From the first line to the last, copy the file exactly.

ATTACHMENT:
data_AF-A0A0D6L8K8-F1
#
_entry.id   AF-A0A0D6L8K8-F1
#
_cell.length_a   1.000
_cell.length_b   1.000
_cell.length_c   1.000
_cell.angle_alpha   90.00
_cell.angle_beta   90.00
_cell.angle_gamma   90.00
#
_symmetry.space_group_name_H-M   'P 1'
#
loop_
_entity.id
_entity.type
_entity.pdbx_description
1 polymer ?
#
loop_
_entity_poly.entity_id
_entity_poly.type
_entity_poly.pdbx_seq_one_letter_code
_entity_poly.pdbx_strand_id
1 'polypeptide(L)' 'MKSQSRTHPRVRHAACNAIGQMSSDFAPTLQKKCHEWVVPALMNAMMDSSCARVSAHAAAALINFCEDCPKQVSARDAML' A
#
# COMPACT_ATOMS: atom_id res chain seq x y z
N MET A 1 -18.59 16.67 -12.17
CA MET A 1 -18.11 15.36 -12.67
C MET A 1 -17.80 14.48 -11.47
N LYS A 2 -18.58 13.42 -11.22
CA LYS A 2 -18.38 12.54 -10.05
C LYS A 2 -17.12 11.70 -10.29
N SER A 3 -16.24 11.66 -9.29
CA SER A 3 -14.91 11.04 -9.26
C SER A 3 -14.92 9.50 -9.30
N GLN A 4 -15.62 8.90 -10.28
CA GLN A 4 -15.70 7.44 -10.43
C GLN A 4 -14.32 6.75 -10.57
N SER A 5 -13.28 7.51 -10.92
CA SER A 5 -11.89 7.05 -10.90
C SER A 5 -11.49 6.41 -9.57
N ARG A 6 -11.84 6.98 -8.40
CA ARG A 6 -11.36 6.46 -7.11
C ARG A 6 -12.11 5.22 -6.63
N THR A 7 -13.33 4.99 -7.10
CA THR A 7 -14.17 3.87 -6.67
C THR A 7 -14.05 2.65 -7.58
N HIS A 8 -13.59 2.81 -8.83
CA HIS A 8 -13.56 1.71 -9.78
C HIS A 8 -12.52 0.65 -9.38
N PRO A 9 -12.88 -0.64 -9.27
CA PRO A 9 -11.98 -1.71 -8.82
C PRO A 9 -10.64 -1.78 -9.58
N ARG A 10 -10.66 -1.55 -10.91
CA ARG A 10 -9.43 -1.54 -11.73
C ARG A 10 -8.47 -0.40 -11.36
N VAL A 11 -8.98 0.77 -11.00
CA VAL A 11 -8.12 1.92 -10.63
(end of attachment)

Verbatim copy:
data_AF-A0A0D6L8K8-F1
#
_entry.id   AF-A0A0D6L8K8-F1
#
_cell.length_a   1.000
_cell.length_b   1.000
_cell.length_c   1.000
_cell.angle_alpha   90.00
_cell.angle_beta   90.00
_cell.angle_gamma   90.00
#
_symmetry.space_group_name_H-M   'P 1'
#
loop_
_entity.id
_entity.type
_entity.pdbx_description
1 polymer ?
#
loop_
_entity_poly.entity_id
_entity_poly.type
_entity_poly.pdbx_seq_one_letter_code
_entity_poly.pdbx_strand_id
1 'polypeptide(L)' 'MKSQSRTHPRVRHAACNAIGQMSSDFAPTLQKKCHEWVVPALMNAMMDSSCARVSAHAAAALINFCEDCPKQVSARDAML' A
#
# COMPACT_ATOMS: atom_id res chain seq x y z
N MET A 1 -18.59 16.67 -12.17
CA MET A 1 -18.11 15.36 -12.67
C MET A 1 -17.80 14.48 -11.47
N LYS A 2 -18.58 13.42 -11.22
CA LYS A 2 -18.38 12.54 -10.05
C LYS A 2 -17.12 11.70 -10.29
N SER A 3 -16.24 11.66 -9.29
CA SER A 3 -14.91 11.04 -9.26
C SER A 3 -14.92 9.50 -9.30
N GLN A 4 -15.62 8.90 -10.28
CA GLN A 4 -15.70 7.44 -10.43
C GLN A 4 -14.32 6.75 -10.57
N SER A 5 -13.28 7.51 -10.92
CA SER A 5 -11.89 7.05 -10.90
C SER A 5 -11.49 6.41 -9.57
N ARG A 6 -11.84 6.98 -8.40
CA ARG A 6 -11.36 6.46 -7.11
C ARG A 6 -12.11 5.22 -6.63
N THR A 7 -13.33 4.99 -7.10
CA THR A 7 -14.17 3.87 -6.67
C THR A 7 -14.05 2.65 -7.58
N HIS A 8 -13.59 2.81 -8.83
CA HIS A 8 -13.56 1.71 -9.78
C HIS A 8 -12.52 0.65 -9.38
N PRO A 9 -12.88 -0.64 -9.27
CA PRO A 9 -11.98 -1.71 -8.82
C PRO A 9 -10.64 -1.78 -9.58
N ARG A 10 -10.66 -1.55 -10.91
CA ARG A 10 -9.43 -1.54 -11.73
C ARG A 10 -8.47 -0.40 -11.36
N VAL A 11 -8.98 0.77 -11.00
CA VAL A 11 -8.12 1.92 -10.63